The whole belly of the vase is figurative. All the represented scenes are successive and take probably place in a garden, each scene being separated from the other by a boulder. The vase’s neck is decorated with floral motives. The lid is ornamented too with characters in a green space. The narrative representation of the belly takes place in three stages.
The face A presents two ladies of the court face to face. Their row might be recognize in the wealth of their clothes’s designs. One of them is represented by three-quarters and holds in his right hand a branch of cherry tree, symbol of the spring, which justifies the continuation of the events presented on this china. The other women wears a purple coat. Around these women, we note the presence of male children, their sex being characterized by their hairstyle, a bald head, stocked with a tuft of hair in front. Some of these children are in movement, maybe dancing.
The face B is much more significant. Indeed the scene displays from left to right and presents the woman in purple holding in her arms a child. She is also surrounded with children among whom a yellow-dressed one plays cymbals. These characters form a procession to the right of which is held a lion. It is in fact a costume worn by two people, evoking the dance of the lion made during certain occasions as here the Children Party. This party is generally held in spring which explains the image of the cherry tree branch, symbol of the spring, on the face A of the vase. Besides, this dance is a mythological reference and belongs to a frequent ornamental directory in chinas of the period of Transition. It is indeed a dance bringing Happiness and Prosperity and which finds its origin in a myth older than the Tang period (618-907). Legend has it that one day a lion came down from his mountains to feed in a village. The adults, frightened, would have fled the village leaving behind them the hidden children. The lion attracted by these children would have aroused a wave of panic, a spring of a heavy crash, pushing him to the flight. The tradition wants that this dance of lion is made in memory of this events. Besides, the color of the lion is not insignificant. Choosing the yellow, in addition to the possible will of realism, symbolizes the kindness and the power of the emperor, testifying of a certain imperial propaganda in the well-read circles.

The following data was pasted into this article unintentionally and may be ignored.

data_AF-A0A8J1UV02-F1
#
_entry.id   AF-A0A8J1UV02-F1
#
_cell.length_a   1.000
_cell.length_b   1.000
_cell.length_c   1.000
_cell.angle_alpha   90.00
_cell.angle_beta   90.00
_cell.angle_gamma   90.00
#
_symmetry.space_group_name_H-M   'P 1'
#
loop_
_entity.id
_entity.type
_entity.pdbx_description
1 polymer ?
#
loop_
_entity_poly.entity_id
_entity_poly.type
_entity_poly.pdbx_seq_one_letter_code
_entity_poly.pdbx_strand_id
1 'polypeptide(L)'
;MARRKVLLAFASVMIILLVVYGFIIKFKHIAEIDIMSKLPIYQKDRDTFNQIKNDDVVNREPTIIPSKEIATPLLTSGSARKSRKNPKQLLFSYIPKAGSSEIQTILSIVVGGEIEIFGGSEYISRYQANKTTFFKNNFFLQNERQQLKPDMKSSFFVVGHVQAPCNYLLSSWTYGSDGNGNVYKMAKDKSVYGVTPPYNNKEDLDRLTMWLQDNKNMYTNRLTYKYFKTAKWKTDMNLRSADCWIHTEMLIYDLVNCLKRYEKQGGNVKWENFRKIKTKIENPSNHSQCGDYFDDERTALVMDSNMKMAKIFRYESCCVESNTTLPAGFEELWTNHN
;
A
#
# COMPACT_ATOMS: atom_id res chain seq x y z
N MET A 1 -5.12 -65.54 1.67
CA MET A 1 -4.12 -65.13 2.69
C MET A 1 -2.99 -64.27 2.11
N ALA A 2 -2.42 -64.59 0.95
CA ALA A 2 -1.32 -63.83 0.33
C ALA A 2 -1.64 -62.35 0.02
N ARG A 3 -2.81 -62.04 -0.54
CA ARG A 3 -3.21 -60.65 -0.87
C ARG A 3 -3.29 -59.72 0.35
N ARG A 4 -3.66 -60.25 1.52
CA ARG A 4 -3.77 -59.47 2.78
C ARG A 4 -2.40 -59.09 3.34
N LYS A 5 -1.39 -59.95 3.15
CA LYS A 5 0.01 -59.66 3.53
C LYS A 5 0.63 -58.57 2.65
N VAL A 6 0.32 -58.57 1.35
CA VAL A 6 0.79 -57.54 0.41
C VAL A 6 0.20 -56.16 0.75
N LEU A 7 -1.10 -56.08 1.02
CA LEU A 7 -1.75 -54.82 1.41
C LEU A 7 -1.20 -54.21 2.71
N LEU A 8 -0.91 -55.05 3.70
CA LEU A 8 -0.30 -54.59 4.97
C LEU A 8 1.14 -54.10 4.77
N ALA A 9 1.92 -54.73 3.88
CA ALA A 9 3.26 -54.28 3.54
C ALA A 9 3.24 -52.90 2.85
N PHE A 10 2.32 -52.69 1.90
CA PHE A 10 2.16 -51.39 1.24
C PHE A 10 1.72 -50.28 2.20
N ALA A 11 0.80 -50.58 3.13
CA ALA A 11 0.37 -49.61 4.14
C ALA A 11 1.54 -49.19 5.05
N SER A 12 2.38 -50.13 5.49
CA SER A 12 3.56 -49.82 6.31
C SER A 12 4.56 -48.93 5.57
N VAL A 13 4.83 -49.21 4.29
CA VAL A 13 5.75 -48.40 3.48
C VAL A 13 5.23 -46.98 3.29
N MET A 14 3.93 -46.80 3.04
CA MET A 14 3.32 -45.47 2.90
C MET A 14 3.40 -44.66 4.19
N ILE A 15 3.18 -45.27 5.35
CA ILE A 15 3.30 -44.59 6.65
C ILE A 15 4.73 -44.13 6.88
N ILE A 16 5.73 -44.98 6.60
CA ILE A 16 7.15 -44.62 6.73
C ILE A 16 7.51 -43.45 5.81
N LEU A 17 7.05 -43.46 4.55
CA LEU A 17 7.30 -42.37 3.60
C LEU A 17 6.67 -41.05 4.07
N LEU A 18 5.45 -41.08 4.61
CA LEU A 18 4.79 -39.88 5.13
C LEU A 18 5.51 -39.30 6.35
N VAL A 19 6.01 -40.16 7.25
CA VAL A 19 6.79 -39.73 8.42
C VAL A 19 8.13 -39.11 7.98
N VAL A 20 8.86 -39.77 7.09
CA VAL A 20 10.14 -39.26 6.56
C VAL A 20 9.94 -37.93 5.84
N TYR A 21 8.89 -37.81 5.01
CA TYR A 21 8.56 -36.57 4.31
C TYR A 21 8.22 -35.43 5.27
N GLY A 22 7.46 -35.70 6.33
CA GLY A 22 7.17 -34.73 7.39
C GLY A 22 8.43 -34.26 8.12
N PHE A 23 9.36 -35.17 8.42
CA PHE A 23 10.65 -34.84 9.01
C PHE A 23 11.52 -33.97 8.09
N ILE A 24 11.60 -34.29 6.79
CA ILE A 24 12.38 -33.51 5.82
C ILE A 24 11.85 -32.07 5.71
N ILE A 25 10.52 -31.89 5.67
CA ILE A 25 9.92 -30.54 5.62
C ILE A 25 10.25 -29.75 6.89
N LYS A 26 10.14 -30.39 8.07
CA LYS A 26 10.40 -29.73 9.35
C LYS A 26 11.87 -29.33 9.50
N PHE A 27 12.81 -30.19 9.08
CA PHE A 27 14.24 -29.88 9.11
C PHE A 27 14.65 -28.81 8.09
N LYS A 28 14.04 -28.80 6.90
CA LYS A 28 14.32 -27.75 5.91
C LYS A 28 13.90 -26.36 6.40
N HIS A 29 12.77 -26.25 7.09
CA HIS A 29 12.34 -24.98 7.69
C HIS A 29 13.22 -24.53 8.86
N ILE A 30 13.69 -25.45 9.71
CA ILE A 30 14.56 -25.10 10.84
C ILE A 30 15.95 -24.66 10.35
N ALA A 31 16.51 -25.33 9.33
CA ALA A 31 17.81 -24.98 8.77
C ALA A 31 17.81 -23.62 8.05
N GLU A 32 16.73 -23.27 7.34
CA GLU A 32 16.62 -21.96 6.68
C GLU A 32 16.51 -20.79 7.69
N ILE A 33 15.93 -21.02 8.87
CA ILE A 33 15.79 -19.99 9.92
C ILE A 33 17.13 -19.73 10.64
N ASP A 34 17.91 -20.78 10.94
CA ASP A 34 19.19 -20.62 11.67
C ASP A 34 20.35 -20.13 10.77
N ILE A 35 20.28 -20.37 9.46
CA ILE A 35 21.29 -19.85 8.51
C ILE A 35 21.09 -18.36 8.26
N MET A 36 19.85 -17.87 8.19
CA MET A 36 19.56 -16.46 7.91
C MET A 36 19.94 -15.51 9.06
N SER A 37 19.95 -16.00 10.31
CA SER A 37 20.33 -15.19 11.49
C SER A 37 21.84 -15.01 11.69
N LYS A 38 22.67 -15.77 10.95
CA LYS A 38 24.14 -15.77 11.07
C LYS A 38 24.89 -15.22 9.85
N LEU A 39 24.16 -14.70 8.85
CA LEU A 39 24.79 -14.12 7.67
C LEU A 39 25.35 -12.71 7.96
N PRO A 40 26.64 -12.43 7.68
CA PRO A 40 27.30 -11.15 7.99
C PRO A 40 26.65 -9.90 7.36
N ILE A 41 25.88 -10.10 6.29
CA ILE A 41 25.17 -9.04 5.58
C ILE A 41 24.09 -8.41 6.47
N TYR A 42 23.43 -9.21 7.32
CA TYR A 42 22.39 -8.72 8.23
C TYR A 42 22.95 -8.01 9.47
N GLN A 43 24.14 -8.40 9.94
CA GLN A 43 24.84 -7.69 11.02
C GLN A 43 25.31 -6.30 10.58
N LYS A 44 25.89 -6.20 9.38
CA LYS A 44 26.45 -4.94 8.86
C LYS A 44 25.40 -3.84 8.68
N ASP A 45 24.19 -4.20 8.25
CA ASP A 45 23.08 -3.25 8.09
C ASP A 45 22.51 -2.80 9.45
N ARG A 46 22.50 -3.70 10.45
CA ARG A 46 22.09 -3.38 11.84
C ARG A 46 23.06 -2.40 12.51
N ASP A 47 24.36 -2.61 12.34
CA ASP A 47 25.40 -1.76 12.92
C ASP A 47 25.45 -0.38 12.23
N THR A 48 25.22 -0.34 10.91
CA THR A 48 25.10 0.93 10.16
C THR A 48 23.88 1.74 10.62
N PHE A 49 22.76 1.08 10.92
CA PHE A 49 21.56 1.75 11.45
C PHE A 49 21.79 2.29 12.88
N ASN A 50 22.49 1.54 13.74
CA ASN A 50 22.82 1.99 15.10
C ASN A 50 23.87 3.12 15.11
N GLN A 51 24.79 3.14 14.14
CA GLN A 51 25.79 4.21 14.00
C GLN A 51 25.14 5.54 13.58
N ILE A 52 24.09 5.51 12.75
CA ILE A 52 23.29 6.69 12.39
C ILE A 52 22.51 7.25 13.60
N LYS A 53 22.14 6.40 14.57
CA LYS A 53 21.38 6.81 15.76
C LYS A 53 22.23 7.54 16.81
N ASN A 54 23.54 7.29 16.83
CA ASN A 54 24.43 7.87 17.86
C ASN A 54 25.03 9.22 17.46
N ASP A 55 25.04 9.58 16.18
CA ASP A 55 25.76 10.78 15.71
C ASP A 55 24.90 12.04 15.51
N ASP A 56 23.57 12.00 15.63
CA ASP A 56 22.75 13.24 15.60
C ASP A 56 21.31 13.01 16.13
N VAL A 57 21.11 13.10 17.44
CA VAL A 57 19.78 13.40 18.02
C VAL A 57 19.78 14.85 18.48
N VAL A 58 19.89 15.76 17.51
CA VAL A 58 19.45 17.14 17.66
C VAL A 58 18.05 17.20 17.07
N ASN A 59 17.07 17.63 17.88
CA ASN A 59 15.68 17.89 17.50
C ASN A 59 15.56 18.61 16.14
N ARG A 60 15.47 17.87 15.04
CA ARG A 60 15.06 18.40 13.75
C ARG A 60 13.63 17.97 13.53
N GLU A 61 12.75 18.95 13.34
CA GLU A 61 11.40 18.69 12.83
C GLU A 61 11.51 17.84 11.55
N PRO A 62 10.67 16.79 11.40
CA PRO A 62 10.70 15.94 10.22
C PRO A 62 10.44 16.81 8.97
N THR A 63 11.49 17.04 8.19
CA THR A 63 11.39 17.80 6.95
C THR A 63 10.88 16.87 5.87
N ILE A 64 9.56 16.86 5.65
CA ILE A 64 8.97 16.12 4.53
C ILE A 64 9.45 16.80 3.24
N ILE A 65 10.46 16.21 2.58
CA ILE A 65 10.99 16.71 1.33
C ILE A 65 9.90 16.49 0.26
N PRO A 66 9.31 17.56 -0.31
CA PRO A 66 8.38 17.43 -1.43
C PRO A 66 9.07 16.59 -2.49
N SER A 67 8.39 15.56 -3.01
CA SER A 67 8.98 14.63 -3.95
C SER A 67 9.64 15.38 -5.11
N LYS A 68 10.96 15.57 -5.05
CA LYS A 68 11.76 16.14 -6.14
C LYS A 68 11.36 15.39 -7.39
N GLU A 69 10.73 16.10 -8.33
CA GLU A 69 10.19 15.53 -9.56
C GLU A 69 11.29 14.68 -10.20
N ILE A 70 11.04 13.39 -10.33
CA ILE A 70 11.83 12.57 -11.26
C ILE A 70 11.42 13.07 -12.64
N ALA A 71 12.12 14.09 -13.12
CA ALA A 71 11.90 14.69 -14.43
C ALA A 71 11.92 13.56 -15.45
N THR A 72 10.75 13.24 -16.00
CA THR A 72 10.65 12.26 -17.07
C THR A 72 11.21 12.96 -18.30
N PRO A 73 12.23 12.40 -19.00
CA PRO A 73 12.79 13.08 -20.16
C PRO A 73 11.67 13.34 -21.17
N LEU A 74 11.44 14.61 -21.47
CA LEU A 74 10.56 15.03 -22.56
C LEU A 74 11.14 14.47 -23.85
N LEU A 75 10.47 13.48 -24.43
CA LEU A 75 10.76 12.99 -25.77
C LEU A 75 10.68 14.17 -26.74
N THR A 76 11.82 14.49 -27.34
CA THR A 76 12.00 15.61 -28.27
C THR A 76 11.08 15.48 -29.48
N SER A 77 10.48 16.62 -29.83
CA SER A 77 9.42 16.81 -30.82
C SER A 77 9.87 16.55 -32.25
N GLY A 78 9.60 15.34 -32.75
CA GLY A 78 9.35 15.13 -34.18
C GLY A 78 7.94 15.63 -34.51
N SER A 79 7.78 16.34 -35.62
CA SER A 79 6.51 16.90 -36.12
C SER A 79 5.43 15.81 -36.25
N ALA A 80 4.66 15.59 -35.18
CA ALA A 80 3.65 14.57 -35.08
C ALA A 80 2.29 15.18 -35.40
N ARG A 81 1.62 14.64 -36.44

The face C represents the end of the procession. The woman dressed in purple is still present, surrounded with children, who are this time dancing. There is an upper register of mountains appearing of one stratum of clouds above this scene. These mountains have a double symbolism. It is above all about the legendary representation of the mountain from which the lion came down. The second symbolic is linked with the Taoism in which mountains are the vectors of the prosperity and the eternal life.
The lid of the vase is decorated with servants, recognizable in their too-large clothes and represented in a green and picturesque space. The set of decorations highlights the public for whom these chinas are intended. The symbolic representations show well that they are addressed to a public of men of letters and cultivated people, whereas the natural representations correspond to the picturesque landscapes of the very fashionable chinoiseriesin the European courts.
China  1650-1660
Height : 40 cm – Diameter 26 cm